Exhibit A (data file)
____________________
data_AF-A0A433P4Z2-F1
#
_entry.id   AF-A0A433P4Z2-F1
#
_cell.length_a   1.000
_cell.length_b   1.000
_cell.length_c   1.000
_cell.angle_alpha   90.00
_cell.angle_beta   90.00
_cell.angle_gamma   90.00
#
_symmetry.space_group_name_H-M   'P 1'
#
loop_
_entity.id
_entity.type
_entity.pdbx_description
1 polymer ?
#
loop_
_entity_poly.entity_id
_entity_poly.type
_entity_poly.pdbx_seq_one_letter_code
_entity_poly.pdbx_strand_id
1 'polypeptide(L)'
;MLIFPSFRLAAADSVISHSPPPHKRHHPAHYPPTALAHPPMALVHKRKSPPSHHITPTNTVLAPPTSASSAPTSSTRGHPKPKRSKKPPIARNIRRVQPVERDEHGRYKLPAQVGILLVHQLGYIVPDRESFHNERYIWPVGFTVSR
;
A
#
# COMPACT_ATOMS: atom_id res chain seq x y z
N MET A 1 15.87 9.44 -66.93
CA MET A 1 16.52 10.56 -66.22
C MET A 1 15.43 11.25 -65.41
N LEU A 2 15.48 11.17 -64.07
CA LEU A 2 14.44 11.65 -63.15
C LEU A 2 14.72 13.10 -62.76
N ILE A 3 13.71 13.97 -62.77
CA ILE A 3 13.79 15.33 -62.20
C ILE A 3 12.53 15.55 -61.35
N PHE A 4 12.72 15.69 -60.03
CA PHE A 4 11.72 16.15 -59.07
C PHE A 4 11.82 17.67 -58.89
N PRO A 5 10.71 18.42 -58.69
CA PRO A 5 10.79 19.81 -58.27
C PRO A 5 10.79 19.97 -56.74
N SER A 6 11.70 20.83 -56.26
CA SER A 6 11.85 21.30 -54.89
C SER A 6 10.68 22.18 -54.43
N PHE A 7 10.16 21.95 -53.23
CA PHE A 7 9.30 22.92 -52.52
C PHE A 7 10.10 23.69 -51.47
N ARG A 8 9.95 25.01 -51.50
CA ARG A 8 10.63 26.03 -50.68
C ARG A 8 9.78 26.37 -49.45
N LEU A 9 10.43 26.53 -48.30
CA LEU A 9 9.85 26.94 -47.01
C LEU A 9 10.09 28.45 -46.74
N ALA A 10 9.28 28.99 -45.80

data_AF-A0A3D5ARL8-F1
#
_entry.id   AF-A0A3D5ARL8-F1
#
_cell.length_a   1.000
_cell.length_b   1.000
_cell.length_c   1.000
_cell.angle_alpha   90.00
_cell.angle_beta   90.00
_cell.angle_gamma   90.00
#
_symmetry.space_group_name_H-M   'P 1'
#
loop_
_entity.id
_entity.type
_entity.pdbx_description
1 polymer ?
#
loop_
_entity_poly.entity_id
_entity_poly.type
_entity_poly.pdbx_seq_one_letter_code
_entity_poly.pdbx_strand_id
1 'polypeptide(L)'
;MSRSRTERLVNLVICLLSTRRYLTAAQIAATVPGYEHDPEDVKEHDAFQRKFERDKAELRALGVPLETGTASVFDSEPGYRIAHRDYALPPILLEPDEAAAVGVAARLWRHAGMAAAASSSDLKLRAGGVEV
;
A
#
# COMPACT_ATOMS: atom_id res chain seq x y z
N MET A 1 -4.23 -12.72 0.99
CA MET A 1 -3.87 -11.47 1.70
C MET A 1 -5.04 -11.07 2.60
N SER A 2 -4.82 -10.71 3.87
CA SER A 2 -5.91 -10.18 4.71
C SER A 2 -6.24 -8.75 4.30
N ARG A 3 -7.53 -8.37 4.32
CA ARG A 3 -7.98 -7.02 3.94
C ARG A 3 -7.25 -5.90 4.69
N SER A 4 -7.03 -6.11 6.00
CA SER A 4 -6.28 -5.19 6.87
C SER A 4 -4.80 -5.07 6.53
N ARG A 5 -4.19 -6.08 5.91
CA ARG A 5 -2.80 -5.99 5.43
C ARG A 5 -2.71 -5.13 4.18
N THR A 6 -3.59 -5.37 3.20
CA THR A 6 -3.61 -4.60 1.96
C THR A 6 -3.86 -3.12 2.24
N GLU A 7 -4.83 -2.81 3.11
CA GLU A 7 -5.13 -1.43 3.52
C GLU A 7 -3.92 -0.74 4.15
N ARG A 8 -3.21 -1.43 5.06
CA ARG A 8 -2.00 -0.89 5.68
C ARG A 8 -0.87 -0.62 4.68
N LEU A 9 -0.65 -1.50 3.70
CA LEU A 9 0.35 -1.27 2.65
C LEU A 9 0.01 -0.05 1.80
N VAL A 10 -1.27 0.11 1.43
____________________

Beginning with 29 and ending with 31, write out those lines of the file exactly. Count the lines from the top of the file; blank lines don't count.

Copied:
#
# COMPACT_ATOMS: atom_id res chain seq x y z
N MET A 1 15.87 9.44 -66.93